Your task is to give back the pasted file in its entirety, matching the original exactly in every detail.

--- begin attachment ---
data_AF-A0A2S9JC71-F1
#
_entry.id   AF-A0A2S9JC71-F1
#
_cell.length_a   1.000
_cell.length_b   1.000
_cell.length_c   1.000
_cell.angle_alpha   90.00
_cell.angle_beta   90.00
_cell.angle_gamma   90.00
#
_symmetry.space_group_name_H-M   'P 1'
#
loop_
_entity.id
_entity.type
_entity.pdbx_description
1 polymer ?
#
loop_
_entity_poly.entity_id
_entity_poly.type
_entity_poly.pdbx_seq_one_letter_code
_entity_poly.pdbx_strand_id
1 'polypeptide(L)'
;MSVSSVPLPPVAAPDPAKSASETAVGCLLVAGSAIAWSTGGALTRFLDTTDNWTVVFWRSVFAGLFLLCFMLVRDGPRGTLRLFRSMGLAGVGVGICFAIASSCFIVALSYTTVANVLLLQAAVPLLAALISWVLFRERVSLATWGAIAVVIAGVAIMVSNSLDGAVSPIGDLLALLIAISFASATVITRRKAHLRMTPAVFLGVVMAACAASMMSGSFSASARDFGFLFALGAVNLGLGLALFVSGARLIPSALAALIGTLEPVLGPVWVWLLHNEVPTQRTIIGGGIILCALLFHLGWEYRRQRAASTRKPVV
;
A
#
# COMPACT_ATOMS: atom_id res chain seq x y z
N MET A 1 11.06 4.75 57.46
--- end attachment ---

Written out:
data_AF-A0A2S9JC71-F1
#
_entry.id   AF-A0A2S9JC71-F1
#
_cell.length_a   1.000
_cell.length_b   1.000
_cell.length_c   1.000
_cell.angle_alpha   90.00
_cell.angle_beta   90.00
_cell.angle_gamma   90.00
#
_symmetry.space_group_name_H-M   'P 1'
#
loop_
_entity.id
_entity.type
_entity.pdbx_description
1 polymer ?
#
loop_
_entity_poly.entity_id
_entity_poly.type
_entity_poly.pdbx_seq_one_letter_code
_entity_poly.pdbx_strand_id
1 'polypeptide(L)'
;MSVSSVPLPPVAAPDPAKSASETAVGCLLVAGSAIAWSTGGALTRFLDTTDNWTVVFWRSVFAGLFLLCFMLVRDGPRGTLRLFRSMGLAGVGVGICFAIASSCFIVALSYTTVANVLLLQAAVPLLAALISWVLFRERVSLATWGAIAVVIAGVAIMVSNSLDGAVSPIGDLLALLIAISFASATVITRRKAHLRMTPAVFLGVVMAACAASMMSGSFSASARDFGFLFALGAVNLGLGLALFVSGARLIPSALAALIGTLEPVLGPVWVWLLHNEVPTQRTIIGGGIILCALLFHLGWEYRRQRAASTRKPVV
;
A
#
# COMPACT_ATOMS: atom_id res chain seq x y z
N MET A 1 11.06 4.75 57.46